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July 27, 2015
Review: Mrs. Smith’s Broadway Cat-tacular

8LmhMTVOCh5kRbgKWFmlXllei87grpEco83XJPJ5XVw,MheO8MqId4ShDLdWBcBQxyrb1GDNhw4kTPyRjfZYERYPoor Mrs. Smith (David Hanbury) has lost her dear cat Carlyle and in order to find him she’s put on a show titled Mrs. Smith’s Broadway Cat-tacular in hopes that he will come back to her, and also to recruit some fellow searchers among the audience members. Upon appearing onstage accompanied by “The Broadway Boys” (Brandon Haagenson and Ken Lear) one of Mrs. Smith’s first requests to the audience is that we all turn towards the door and call Carlyle’s name in unison; perhaps he will hear us and show up. This is one of a few times in which the show calls for audience participation, but unlike other acts in which this seems like an imposition on the audience, Mrs. Smith’s plea is so urgent that one can’t help but want to assist her.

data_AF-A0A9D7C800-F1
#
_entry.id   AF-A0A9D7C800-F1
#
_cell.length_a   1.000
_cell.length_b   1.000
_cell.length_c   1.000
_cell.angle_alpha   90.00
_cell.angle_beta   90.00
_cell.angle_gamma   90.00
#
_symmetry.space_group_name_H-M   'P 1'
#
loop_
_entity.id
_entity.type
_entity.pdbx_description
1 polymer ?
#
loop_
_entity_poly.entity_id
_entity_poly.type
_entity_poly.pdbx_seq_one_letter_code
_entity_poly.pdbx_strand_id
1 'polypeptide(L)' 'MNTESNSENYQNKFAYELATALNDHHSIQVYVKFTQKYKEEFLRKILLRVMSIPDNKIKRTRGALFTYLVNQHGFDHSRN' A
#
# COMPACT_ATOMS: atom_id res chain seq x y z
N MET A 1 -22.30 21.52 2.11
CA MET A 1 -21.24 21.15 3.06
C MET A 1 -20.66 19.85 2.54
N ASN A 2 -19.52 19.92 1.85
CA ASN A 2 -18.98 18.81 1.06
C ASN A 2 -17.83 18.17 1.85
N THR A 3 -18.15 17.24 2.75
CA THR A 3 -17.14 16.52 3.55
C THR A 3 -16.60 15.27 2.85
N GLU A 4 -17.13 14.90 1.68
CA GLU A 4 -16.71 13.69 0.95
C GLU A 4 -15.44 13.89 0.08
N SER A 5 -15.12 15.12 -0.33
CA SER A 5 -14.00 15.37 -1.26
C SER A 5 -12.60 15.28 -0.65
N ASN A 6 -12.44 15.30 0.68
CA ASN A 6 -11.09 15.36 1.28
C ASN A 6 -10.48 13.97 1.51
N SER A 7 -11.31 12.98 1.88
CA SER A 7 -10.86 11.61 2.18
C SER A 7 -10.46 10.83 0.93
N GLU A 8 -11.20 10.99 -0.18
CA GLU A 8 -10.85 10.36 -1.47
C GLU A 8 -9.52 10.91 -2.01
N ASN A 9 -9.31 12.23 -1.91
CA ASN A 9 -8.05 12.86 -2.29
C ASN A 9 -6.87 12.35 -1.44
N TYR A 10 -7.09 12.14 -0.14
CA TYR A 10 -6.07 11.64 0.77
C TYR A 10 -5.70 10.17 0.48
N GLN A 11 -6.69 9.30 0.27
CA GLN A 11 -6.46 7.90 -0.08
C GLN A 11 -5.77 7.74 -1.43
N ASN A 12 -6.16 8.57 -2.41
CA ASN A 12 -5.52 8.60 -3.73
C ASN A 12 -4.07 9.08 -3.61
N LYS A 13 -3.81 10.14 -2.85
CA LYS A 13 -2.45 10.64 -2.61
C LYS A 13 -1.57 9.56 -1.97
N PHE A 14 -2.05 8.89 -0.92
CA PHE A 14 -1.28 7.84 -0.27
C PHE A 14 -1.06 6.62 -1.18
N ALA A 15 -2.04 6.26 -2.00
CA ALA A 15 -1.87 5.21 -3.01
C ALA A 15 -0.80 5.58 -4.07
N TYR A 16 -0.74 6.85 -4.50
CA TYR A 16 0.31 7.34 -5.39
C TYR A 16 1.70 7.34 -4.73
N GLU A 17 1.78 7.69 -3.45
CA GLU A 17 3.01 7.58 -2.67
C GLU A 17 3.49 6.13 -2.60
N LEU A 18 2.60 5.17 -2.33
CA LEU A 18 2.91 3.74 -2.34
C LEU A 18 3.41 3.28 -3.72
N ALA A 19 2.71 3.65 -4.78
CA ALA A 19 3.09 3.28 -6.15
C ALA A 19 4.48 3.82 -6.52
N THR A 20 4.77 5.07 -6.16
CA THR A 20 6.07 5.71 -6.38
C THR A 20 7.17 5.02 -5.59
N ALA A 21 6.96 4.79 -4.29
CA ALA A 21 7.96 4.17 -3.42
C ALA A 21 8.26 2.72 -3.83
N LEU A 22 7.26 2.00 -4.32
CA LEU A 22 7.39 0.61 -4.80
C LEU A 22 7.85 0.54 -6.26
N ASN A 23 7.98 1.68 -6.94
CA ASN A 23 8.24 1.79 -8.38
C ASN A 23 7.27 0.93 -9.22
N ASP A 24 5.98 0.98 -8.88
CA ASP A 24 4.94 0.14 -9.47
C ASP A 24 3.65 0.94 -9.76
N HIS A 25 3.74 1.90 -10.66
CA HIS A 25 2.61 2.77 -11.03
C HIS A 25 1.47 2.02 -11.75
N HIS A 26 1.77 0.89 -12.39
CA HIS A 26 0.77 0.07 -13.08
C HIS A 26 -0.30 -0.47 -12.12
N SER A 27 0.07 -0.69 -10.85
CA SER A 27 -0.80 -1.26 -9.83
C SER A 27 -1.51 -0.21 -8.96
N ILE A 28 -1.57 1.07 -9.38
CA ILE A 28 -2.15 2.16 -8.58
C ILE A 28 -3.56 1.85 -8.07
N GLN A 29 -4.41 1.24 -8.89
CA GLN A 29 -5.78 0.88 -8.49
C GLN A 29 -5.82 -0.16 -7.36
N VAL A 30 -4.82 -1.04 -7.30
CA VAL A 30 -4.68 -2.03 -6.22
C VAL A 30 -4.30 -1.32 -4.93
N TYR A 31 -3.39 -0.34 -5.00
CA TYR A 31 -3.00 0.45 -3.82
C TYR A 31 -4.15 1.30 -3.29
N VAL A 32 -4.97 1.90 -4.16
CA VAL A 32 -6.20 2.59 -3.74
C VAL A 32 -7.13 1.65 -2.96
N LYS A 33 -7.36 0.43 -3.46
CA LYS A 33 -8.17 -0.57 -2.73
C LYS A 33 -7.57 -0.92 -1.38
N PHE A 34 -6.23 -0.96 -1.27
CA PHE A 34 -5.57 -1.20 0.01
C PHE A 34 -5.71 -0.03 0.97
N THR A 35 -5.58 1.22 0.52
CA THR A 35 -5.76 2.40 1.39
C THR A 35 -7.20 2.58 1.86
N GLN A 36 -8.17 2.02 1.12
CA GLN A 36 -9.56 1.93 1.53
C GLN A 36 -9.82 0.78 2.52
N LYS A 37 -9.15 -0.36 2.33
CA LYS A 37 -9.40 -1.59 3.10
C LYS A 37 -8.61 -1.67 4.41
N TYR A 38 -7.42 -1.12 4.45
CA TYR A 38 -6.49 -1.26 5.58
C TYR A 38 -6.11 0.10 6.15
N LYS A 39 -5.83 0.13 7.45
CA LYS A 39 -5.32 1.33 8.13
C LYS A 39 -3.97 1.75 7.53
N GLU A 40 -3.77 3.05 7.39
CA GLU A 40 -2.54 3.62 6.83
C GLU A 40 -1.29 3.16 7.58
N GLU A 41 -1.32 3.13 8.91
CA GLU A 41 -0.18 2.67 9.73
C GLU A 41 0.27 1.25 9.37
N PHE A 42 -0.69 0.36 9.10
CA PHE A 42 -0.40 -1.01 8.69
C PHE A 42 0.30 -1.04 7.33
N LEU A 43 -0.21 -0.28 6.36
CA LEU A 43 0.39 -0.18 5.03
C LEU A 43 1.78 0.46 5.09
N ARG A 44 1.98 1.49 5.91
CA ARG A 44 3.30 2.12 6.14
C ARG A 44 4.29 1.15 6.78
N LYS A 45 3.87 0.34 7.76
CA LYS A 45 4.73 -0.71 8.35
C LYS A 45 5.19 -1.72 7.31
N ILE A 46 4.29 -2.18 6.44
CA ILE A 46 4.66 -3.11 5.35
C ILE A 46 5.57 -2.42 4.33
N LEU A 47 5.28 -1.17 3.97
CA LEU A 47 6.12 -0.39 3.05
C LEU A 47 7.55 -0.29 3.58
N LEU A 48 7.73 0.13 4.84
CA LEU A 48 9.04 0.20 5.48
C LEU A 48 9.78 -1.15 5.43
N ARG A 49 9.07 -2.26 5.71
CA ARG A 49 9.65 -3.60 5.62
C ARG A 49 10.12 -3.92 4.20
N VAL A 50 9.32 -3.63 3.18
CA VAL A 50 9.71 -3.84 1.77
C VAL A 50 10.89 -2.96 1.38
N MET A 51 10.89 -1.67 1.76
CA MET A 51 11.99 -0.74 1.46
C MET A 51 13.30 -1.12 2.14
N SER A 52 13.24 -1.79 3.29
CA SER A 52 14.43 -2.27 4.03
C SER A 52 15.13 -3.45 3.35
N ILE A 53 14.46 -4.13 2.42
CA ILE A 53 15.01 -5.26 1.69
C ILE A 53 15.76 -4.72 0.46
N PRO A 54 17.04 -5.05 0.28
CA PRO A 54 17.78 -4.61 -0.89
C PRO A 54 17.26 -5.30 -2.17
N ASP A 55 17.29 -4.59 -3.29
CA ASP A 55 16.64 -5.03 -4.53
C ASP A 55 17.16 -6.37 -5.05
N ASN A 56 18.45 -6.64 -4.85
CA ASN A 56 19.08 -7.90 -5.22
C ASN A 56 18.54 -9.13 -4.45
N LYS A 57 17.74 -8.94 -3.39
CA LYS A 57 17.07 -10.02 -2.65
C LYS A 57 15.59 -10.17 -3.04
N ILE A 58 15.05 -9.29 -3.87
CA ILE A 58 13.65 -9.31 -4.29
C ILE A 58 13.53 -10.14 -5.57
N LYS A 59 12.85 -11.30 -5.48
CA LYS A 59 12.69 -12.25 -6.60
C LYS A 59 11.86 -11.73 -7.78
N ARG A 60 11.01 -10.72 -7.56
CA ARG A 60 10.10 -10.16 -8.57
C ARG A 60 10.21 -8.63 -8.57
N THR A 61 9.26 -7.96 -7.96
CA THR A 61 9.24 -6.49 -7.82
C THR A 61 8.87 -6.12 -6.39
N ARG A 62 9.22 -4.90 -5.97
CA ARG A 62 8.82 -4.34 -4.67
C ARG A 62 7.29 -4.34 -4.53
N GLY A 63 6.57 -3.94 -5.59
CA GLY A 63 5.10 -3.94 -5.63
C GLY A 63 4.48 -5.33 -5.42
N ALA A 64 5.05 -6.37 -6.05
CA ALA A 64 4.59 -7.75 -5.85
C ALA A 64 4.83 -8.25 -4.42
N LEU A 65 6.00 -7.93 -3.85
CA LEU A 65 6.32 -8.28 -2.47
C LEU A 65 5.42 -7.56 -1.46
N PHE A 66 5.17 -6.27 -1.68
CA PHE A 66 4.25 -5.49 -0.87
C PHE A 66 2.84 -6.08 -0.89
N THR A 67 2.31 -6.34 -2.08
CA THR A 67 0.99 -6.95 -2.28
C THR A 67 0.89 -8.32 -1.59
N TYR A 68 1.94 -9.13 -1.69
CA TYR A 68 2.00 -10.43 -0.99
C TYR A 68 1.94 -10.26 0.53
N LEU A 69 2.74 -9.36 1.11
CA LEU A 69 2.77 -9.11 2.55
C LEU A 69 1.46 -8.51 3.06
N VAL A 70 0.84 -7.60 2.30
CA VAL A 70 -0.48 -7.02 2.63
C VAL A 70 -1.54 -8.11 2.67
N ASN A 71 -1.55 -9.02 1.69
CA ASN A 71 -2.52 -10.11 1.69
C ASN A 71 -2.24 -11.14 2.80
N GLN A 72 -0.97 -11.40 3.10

She tells us of how she and Carlyle first met when she was a little girl, and how the two of them went on to form one of the most exciting duos in all of entertainment going on to conquer Broadway and the nightclub scene. Then one day Carlyle decided to quit show business and disappeared mysteriously leaving very few traces behind. Desperate ever since, Mrs. Smith has traveled the world trying to find her dear friend and welcome him back into her world. The joy in Hanbury’s performance as the eccentric entertainer is that as she shares her outlandish stories (something about ending up drunk on grapefruit juice at Pat Nixon’s birthday brunch…) she becomes only more and more captivating, perversely seductive even.

Adding feline references to standards such as “The Man That Got Away” and “Zing Went the Strings of My Heart” shouldn’t be as hilarious as it is when done by Mrs. Smith, whose voice and awkward dancing make for a combination of Elaine Stritch, Liberace and Grandma Yetta from The Nanny. In numbers as “One night in Bangkok”, Mrs. Smith gets to bring out her inner disco diva and has the entire audience moving along with her. Conceived by Hanbury and directed by Andrew Rasmussen, who gives it a grand cabaret feeling, Mrs. Smith’s Broadway Cat-tacular is an unexpectedly delightful treat.

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Written by: Jose Solis
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